Using a special control moment gyroscope (CMG), Theia moves users’ hands and physically “leads” them – much like holding the brace of a guide dog.

The device is designed to process real-time online data, such as traffic density (pedestrians and cars) and weather, to guide users accurately and safely to their destinations.

It will have a fail-safe procedure for high-risk scenarios, such as crossing busy roads – pushing the user back into a “manual mode”, similar to using a cane.

Tactile virtual reality – Make VR easy to access

by  12th August 2020 in Science Focus

Researchers from Northwestern University have developed a prototype device that aims to put touch within VR’s reach, using a flexible material fitted with tiny vibrating components that can be attached to the skin.

The system, known as epidermal VR, could be useful in other cases as well, from a child touching a display relaying the gesture to a family member located elsewhere, to helping people with amputations renew their sense of touch.

In gaming, it could alert players when a strike occurs on the corresponding body part of the game character.

The team’s design features 32 vibrating actuators on a thin 15cm by 15cm silicone polymer which sticks on to the skin without tape or straps and is free of large batteries and wires.

It uses near-field communication (NFC) technology – which is used in many smartphones for mobile payment today – to transfer the data.

“The result is a thin, lightweight system that can be worn and used without constraint indefinitely,” says Professor John A Rogers, who worked on the project.

Scientists hope that the technology could eventually find its way into clothing, allowing people with prosthetics to wear VR shirts that communicate touch through their fingertips.

The bicycle wheel that “purifies” the air while it is in motion

by Alessio Iannicelli15 October 2020 in EnvironmentLifePrototypes 

Kristin Tapping – a student of industrial design at London South Bank University – has created a bicycle wheel with a filter to purify the air.

Is there a more ecological vehicle than a bicycle? Yes, a bicycle that “purifies” the air! It sounds absurd but it’s all true. Kristin Tapping – an industrial design student at London South Bank University – has created a bicycle wheel with a filter inside to purify the air. The project is called Rolloe and won the prestigious “Design Innovation in Plastics 2020” award. The idea behind it is simple but at the same time (potentially) ingenious. The wheel measures 600x600x60 mm and weighs just over a kilo. Inside, there is a filtering system consisting of three sponges. The first retains large particles, the second blocks pollen and dust while the third (with active carbon) traps gas molecules. In this way, the filter also removes volatile organic compounds. The filters can be dismantled, washed and reused. Kristin recommends replacing them once a week or after 250 kilometres.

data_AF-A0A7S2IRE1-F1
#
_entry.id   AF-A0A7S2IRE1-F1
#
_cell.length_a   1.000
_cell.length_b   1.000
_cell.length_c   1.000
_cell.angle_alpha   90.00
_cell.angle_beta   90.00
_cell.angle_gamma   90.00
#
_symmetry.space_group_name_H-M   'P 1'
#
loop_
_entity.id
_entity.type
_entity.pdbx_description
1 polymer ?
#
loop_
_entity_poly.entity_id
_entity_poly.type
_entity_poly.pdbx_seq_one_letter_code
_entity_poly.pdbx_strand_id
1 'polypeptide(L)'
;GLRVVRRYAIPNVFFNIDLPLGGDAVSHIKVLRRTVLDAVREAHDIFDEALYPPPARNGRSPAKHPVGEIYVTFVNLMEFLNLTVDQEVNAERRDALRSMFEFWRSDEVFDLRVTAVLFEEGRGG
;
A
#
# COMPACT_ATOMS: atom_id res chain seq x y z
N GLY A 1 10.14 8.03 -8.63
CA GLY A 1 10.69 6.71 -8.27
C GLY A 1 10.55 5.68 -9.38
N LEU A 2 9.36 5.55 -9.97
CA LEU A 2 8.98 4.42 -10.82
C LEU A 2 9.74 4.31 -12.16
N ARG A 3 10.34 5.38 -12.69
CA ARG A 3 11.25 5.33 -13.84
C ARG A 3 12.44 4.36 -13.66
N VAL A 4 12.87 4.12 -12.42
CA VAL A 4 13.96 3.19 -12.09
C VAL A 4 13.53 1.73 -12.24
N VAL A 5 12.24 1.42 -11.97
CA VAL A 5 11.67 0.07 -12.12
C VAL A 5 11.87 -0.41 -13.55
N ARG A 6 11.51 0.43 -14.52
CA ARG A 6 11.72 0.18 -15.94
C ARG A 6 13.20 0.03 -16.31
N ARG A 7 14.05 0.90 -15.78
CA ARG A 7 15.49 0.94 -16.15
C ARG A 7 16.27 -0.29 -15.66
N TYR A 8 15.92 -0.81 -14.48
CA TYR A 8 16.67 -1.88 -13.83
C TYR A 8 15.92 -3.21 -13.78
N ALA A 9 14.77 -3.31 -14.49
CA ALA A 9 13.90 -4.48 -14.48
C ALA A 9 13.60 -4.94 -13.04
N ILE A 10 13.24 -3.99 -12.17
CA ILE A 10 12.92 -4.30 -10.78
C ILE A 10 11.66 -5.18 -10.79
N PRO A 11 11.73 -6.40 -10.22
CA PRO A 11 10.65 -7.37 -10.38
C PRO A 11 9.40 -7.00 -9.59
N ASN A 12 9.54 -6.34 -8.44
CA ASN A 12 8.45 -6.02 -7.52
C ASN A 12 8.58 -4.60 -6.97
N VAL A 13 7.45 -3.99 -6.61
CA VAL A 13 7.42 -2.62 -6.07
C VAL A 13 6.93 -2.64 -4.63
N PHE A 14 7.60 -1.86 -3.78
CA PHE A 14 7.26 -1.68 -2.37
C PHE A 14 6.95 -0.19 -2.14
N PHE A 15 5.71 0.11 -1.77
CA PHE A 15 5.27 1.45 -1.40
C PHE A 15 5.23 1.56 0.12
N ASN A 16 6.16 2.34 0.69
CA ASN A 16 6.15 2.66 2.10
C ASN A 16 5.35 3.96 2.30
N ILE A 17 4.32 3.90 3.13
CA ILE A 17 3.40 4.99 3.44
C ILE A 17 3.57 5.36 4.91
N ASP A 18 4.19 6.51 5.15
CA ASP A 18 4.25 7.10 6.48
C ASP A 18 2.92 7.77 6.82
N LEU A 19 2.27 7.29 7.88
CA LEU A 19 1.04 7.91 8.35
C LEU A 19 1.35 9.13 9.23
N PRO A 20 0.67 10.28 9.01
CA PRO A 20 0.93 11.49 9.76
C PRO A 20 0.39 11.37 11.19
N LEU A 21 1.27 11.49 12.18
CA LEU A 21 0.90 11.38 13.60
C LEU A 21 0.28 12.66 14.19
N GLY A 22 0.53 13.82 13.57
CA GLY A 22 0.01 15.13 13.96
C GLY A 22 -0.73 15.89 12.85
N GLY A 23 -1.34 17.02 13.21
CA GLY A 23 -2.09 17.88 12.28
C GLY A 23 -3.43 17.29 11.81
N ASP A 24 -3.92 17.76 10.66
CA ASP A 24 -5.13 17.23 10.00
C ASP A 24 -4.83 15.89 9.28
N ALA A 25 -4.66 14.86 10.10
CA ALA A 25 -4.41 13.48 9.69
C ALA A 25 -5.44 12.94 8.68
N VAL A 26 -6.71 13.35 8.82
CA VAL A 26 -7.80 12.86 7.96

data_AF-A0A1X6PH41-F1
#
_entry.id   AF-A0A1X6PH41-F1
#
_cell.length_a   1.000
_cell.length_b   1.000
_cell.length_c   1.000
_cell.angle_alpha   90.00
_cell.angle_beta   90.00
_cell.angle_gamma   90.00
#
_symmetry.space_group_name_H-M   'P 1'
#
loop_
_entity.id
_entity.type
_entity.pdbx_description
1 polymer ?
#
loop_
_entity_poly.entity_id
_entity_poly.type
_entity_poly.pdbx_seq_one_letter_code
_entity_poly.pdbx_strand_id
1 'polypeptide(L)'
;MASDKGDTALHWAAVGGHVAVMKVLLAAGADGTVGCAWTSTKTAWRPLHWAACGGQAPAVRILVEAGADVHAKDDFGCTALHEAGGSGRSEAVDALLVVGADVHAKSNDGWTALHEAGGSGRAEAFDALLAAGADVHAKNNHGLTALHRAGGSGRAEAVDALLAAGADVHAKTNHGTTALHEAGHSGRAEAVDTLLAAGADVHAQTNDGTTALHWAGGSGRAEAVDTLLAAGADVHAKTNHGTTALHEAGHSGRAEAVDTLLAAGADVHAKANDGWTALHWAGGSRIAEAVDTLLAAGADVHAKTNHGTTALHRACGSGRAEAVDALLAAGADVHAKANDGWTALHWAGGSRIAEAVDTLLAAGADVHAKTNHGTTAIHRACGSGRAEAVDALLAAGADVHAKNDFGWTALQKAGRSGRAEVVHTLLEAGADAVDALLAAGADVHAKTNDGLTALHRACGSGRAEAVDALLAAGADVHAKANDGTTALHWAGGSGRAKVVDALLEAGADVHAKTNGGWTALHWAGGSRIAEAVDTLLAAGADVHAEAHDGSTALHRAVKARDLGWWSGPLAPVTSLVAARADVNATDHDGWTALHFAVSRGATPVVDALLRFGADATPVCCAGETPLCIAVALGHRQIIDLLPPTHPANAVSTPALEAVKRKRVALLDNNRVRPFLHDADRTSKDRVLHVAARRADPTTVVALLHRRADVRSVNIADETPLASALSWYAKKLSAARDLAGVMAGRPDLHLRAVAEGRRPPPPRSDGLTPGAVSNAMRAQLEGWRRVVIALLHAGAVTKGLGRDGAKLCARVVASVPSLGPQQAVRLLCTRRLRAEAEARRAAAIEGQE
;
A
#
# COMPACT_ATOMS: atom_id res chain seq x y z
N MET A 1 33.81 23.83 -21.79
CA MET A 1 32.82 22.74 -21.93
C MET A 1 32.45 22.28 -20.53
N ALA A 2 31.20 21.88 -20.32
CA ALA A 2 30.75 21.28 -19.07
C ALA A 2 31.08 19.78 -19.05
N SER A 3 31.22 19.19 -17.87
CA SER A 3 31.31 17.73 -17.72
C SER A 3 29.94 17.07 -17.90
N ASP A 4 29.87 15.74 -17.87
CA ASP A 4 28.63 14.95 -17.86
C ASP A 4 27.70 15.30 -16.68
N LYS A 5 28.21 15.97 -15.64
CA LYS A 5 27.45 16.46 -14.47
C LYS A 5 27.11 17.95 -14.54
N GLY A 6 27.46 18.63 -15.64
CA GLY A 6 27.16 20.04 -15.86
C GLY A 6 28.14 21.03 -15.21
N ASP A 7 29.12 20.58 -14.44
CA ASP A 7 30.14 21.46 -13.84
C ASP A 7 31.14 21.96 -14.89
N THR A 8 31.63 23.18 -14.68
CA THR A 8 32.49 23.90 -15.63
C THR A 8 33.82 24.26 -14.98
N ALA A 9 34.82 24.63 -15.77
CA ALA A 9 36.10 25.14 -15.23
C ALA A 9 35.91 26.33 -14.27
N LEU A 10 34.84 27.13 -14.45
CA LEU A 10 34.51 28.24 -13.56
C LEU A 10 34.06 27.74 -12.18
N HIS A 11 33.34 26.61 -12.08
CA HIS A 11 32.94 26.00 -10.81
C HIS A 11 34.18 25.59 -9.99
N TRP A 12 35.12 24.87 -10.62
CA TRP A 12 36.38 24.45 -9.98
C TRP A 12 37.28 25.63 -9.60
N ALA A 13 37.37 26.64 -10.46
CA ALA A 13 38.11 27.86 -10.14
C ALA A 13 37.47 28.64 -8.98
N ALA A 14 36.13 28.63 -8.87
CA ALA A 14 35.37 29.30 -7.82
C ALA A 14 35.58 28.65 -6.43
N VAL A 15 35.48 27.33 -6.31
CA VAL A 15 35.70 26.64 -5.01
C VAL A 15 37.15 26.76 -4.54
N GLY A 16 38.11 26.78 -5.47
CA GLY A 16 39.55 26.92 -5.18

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The bicycle wheel that purifies the air

When the bike is in motion, air enters the wheel through a circular opening, passes through the filter and comes out purified. To facilitate the passage of air, there are also aerodynamic external fins. Kristin Tapping had the idea for Rolloe as she cycled through the streets of London. “I could see and smell the pollution from the tyres and exhaust pipes. I thought: why not use the movement of the vehicles to filter the air?”. The name Rolloe stands for Roll Off Emissions because it could have a strong environmental impact. According to a study conducted by the Design Innovation in Plastics 2020 commission, if 10% of London’s bicycles were equipped with this special wheel, about 266,865 m³ of air could be filtered every day. This value could double if bicycles were also equipped with Rolloe for the rear wheel.

A flying suit to save mountaineers in difficulty

 by Alessio Iannicelli02 October 2020 in Prototypes

Gravity Industries has developed a flying suit that can reach an altitude of 3600 meters and reach 51 km/h: it will be used in Great Britain for mountain rescue.